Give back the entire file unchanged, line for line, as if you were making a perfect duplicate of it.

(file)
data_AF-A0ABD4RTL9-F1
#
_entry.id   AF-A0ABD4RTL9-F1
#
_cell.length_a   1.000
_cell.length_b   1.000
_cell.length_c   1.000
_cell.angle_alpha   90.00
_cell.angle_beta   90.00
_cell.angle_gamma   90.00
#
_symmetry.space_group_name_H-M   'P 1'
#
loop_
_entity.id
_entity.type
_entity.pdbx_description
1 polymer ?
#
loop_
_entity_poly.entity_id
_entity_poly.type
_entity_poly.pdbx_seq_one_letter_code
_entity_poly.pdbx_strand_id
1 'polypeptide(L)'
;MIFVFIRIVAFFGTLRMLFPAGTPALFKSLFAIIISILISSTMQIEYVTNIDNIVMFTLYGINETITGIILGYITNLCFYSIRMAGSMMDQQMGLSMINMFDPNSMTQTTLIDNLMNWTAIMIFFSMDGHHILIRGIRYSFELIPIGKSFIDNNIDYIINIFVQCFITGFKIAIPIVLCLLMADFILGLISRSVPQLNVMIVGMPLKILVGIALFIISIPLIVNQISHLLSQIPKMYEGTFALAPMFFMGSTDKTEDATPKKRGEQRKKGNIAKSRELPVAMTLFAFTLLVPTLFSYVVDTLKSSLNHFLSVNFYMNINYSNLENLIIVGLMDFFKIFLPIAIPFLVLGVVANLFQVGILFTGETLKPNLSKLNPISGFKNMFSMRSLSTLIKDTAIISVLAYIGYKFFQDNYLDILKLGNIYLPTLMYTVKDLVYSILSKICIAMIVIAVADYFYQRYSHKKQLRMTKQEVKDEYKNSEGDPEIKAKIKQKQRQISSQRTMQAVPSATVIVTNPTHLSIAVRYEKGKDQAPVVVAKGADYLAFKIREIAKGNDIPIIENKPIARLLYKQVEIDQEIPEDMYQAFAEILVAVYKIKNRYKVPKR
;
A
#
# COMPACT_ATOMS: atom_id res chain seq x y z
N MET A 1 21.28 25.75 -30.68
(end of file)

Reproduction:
data_AF-A0ABD4RTL9-F1
#
_entry.id   AF-A0ABD4RTL9-F1
#
_cell.length_a   1.000
_cell.length_b   1.000
_cell.length_c   1.000
_cell.angle_alpha   90.00
_cell.angle_beta   90.00
_cell.angle_gamma   90.00
#
_symmetry.space_group_name_H-M   'P 1'
#
loop_
_entity.id
_entity.type
_entity.pdbx_description
1 polymer ?
#
loop_
_entity_poly.entity_id
_entity_poly.type
_entity_poly.pdbx_seq_one_letter_code
_entity_poly.pdbx_strand_id
1 'polypeptide(L)'
;MIFVFIRIVAFFGTLRMLFPAGTPALFKSLFAIIISILISSTMQIEYVTNIDNIVMFTLYGINETITGIILGYITNLCFYSIRMAGSMMDQQMGLSMINMFDPNSMTQTTLIDNLMNWTAIMIFFSMDGHHILIRGIRYSFELIPIGKSFIDNNIDYIINIFVQCFITGFKIAIPIVLCLLMADFILGLISRSVPQLNVMIVGMPLKILVGIALFIISIPLIVNQISHLLSQIPKMYEGTFALAPMFFMGSTDKTEDATPKKRGEQRKKGNIAKSRELPVAMTLFAFTLLVPTLFSYVVDTLKSSLNHFLSVNFYMNINYSNLENLIIVGLMDFFKIFLPIAIPFLVLGVVANLFQVGILFTGETLKPNLSKLNPISGFKNMFSMRSLSTLIKDTAIISVLAYIGYKFFQDNYLDILKLGNIYLPTLMYTVKDLVYSILSKICIAMIVIAVADYFYQRYSHKKQLRMTKQEVKDEYKNSEGDPEIKAKIKQKQRQISSQRTMQAVPSATVIVTNPTHLSIAVRYEKGKDQAPVVVAKGADYLAFKIREIAKGNDIPIIENKPIARLLYKQVEIDQEIPEDMYQAFAEILVAVYKIKNRYKVPKR
;
A
#
# COMPACT_ATOMS: atom_id res chain seq x y z
N MET A 1 21.28 25.75 -30.68